Why do so many people die in ferry accidents?

April 23, 2014 

Nearly 300 people are feared missing after a huge ferry capsized and sank off South Korea’s southwestern coast. Carrying a group of high school students on a field trip from a high school outside Seoul, the ship was en route to Jeju, a Korean resort island known as the country’s “Hawaii.”

Between 800 and 1,000 people are thought to die in ferry accidents every year, according to Roberta Weisbrod, the executive director of the Worldwide Ferry Safety Association. While ferries in the developed world are by and large very safe, ferry safety is a serious problem in the developing world, Weisbrod said.

While ferry accidents such as the recent catastrophe are uncommon in Korea — its last such disaster came two decades ago — they happen more often elsewhere in Asia, particularly in Bangladesh, the Philippines and Indonesia. The Philippines and Indonesia are composed of extensive archipelagos; Bangladesh is a riverine country. As a result, water transport is a fact of daily life.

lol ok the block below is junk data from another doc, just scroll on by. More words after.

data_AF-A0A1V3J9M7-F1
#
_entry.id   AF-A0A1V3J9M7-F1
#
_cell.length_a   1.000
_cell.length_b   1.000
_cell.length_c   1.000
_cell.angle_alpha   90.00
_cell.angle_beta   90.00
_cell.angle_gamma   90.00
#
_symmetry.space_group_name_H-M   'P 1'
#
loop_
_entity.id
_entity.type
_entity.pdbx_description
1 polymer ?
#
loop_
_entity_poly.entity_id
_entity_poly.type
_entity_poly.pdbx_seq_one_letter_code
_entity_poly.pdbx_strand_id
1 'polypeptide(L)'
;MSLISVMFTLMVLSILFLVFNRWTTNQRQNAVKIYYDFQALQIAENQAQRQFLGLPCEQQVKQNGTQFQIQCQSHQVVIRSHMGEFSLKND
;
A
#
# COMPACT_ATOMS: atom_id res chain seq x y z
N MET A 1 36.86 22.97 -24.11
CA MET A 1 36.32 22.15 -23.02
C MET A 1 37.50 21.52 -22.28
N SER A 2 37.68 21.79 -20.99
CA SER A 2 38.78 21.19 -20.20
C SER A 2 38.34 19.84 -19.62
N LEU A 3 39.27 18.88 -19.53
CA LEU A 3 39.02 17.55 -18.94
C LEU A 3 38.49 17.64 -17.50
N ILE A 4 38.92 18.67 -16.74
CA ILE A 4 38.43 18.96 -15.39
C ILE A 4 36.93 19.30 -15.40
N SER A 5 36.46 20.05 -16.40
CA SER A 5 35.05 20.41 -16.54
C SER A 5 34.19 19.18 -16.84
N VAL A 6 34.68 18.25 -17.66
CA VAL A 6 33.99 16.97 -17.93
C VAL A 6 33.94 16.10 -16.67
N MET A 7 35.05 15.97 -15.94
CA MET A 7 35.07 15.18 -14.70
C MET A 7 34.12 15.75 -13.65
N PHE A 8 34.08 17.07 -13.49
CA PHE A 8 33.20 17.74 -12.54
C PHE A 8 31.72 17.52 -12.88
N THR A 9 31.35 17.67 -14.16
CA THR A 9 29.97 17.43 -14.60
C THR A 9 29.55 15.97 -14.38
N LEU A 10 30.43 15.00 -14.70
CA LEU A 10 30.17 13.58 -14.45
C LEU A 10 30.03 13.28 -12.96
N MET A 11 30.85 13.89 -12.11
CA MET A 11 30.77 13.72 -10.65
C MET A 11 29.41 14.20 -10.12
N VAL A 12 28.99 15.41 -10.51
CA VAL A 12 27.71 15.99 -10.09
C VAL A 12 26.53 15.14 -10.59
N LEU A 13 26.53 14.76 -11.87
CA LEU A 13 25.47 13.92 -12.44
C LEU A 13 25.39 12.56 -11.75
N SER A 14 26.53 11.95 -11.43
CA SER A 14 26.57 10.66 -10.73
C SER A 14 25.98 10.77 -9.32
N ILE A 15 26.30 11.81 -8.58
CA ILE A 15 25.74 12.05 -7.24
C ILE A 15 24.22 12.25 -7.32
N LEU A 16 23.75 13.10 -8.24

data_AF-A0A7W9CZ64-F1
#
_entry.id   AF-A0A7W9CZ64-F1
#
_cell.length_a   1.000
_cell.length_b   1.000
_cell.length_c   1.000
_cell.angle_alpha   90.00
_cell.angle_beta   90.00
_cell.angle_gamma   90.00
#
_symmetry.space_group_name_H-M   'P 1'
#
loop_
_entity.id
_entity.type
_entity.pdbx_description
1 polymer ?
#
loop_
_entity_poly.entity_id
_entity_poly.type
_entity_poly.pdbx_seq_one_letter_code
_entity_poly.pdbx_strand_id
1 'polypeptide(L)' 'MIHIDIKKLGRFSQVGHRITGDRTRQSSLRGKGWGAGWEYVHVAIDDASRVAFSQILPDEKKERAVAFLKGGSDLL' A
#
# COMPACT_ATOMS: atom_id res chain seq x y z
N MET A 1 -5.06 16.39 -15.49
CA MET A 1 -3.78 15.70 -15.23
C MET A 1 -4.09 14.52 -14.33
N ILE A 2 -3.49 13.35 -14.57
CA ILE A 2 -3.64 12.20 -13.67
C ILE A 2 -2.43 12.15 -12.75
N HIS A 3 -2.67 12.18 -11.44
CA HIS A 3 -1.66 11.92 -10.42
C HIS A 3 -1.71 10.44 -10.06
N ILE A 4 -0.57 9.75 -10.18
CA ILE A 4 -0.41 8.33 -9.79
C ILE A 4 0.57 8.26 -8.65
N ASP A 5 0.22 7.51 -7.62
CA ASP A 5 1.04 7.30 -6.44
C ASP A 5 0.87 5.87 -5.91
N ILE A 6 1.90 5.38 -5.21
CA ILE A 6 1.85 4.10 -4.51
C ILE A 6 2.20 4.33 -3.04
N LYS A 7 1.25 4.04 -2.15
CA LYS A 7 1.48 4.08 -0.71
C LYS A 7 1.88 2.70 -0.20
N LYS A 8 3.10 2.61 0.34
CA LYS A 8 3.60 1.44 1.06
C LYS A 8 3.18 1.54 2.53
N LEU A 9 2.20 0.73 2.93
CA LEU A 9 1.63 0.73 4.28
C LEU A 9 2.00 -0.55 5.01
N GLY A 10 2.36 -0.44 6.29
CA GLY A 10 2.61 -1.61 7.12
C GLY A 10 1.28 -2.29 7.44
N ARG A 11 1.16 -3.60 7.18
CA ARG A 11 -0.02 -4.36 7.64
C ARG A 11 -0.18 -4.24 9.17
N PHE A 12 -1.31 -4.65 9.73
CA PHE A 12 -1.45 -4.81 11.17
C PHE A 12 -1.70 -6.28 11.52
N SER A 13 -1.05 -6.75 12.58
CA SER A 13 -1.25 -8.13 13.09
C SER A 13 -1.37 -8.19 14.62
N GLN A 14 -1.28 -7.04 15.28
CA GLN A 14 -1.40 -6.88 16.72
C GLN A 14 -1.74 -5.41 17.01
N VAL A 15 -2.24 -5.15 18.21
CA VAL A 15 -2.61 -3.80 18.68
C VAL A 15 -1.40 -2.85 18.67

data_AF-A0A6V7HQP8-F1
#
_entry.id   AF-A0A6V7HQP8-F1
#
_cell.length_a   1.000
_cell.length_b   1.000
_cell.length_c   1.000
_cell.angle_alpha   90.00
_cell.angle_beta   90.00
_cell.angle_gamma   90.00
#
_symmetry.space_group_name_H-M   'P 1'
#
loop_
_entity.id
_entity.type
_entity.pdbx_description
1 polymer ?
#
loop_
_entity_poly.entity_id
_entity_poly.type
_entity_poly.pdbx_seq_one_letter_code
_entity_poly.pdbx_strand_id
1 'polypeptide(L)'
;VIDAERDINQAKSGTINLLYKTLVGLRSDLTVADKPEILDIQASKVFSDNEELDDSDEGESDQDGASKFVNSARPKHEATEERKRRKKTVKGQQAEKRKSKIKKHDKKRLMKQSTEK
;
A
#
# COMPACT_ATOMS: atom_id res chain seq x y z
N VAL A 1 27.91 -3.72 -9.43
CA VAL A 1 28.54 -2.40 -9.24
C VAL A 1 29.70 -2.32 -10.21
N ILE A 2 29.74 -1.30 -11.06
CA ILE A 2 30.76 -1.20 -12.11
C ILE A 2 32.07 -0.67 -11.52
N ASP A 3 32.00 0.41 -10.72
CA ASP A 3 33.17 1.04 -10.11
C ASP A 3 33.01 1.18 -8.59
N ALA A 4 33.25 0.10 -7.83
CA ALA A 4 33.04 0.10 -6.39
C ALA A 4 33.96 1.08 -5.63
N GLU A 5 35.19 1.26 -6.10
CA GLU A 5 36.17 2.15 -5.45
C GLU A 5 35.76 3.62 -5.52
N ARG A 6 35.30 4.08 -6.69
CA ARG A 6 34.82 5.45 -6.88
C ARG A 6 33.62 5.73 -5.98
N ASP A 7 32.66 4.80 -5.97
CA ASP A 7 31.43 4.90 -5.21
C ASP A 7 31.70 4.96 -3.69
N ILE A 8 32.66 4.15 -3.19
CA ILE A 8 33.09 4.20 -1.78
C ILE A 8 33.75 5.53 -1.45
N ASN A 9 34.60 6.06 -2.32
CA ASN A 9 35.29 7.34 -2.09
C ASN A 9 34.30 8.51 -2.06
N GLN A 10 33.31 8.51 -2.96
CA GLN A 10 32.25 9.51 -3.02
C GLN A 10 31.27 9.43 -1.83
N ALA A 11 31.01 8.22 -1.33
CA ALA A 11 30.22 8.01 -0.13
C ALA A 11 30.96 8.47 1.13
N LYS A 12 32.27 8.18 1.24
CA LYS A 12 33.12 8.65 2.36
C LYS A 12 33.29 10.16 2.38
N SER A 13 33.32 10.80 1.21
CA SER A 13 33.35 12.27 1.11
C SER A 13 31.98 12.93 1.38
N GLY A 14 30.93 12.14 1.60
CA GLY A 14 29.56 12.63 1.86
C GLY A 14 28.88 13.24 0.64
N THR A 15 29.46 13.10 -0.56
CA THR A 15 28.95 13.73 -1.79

What has been described as the world’s worst peacetime maritime tragedy occurred in the Philippines in 1987 when the Dona Paz collided with an oil tanker and as many as 4,000 people lost their lives.

Ferries in developing countries are often old vessels, sometimes repurposed to operate in waterways for which they weren’t designed. In Tanzania, for example, ferries from the calm waters of Washington state’s Puget Sound were put to sea in the rough waters of the Indian Ocean, Weisbrod said.

Ferries in the developing world are often overcrowded, which can throw off a boat’s balance or make it top-heavy and more prone to capsizing. And when crewmembers are inadequately trained, they are uncertain of how to respond in the event of a disaster. Moreover, government safety regulations are far less stringent — or go unenforced — in developing nations.

Of course, many of the factors that make ferry accidents routine in parts of the developing world were not at play in the case of the Sewol. The ship wasn’t overcrowded, and there is, at least at this stage, little reason to doubt the seaworthiness of the vessel.

That only serves to magnify the horror of the disaster.

Foreign Policy

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